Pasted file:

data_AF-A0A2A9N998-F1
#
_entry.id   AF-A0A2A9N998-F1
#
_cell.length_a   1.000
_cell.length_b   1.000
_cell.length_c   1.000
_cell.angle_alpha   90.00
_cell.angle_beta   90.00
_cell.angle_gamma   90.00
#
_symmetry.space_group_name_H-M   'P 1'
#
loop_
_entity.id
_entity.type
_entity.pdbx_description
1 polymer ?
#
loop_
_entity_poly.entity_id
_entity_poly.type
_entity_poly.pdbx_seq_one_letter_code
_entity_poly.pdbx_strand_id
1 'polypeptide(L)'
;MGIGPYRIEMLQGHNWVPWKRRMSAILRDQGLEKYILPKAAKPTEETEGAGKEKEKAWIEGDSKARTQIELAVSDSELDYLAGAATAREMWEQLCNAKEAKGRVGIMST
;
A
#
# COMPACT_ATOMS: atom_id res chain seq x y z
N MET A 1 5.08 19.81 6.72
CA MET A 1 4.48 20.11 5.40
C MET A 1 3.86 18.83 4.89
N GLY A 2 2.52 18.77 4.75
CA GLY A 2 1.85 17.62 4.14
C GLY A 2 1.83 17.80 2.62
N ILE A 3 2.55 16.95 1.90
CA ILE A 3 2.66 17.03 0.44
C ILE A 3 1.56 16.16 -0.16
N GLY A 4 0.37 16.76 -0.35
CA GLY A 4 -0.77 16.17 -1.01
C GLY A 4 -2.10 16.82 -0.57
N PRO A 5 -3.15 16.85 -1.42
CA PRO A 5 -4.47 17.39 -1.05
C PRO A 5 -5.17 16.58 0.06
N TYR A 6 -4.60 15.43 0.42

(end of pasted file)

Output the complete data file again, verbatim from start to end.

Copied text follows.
data_AF-A0A2A9N998-F1
#
_entry.id   AF-A0A2A9N998-F1
#
_cell.length_a   1.000
_cell.length_b   1.000
_cell.length_c   1.000
_cell.angle_alpha   90.00
_cell.angle_beta   90.00
_cell.angle_gamma   90.00
#
_symmetry.space_group_name_H-M   'P 1'
#
loop_
_entity.id
_entity.type
_entity.pdbx_description
1 polymer ?
#
loop_
_entity_poly.entity_id
_entity_poly.type
_entity_poly.pdbx_seq_one_letter_code
_entity_poly.pdbx_strand_id
1 'polypeptide(L)'
;MGIGPYRIEMLQGHNWVPWKRRMSAILRDQGLEKYILPKAAKPTEETEGAGKEKEKAWIEGDSKARTQIELAVSDSELDYLAGAATAREMWEQLCNAKEAKGRVGIMST
;
A
#
# COMPACT_ATOMS: atom_id res chain seq x y z
N MET A 1 5.08 19.81 6.72
CA MET A 1 4.48 20.11 5.40
C MET A 1 3.86 18.83 4.89
N GLY A 2 2.52 18.77 4.75
CA GLY A 2 1.85 17.62 4.14
C GLY A 2 1.83 17.80 2.62
N ILE A 3 2.55 16.95 1.90
CA ILE A 3 2.66 17.03 0.44
C ILE A 3 1.56 16.16 -0.16
N GLY A 4 0.37 16.76 -0.35
CA GLY A 4 -0.77 16.17 -1.01
C GLY A 4 -2.10 16.82 -0.57
N PRO A 5 -3.15 16.85 -1.42
CA PRO A 5 -4.47 17.39 -1.05
C PRO A 5 -5.17 16.58 0.06
N TYR A 6 -4.60 15.43 0.42